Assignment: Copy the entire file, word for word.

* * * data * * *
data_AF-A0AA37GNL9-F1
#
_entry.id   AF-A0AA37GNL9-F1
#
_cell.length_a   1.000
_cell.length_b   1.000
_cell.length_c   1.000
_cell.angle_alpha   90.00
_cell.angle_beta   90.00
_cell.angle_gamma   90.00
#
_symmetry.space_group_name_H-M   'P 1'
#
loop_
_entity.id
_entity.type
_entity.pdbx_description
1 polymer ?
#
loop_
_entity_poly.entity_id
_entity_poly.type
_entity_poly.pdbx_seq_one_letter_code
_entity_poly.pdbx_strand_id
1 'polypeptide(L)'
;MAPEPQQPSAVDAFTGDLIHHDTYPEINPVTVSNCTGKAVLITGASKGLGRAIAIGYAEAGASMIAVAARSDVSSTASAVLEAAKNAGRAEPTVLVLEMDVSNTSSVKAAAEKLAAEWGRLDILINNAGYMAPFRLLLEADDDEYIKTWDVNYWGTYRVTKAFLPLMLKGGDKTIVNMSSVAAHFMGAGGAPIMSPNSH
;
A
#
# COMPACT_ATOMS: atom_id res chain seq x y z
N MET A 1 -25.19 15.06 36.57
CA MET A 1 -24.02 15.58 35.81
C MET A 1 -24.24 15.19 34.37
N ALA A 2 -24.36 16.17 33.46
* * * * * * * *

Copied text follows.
data_AF-A0AA37GNL9-F1
#
_entry.id   AF-A0AA37GNL9-F1
#
_cell.length_a   1.000
_cell.length_b   1.000
_cell.length_c   1.000
_cell.angle_alpha   90.00
_cell.angle_beta   90.00
_cell.angle_gamma   90.00
#
_symmetry.space_group_name_H-M   'P 1'
#
loop_
_entity.id
_entity.type
_entity.pdbx_description
1 polymer ?
#
loop_
_entity_poly.entity_id
_entity_poly.type
_entity_poly.pdbx_seq_one_letter_code
_entity_poly.pdbx_strand_id
1 'polypeptide(L)'
;MAPEPQQPSAVDAFTGDLIHHDTYPEINPVTVSNCTGKAVLITGASKGLGRAIAIGYAEAGASMIAVAARSDVSSTASAVLEAAKNAGRAEPTVLVLEMDVSNTSSVKAAAEKLAAEWGRLDILINNAGYMAPFRLLLEADDDEYIKTWDVNYWGTYRVTKAFLPLMLKGGDKTIVNMSSVAAHFMGAGGAPIMSPNSH
;
A
#
# COMPACT_ATOMS: atom_id res chain seq x y z
N MET A 1 -25.19 15.06 36.57
CA MET A 1 -24.02 15.58 35.81
C MET A 1 -24.24 15.19 34.37
N ALA A 2 -24.36 16.17 33.46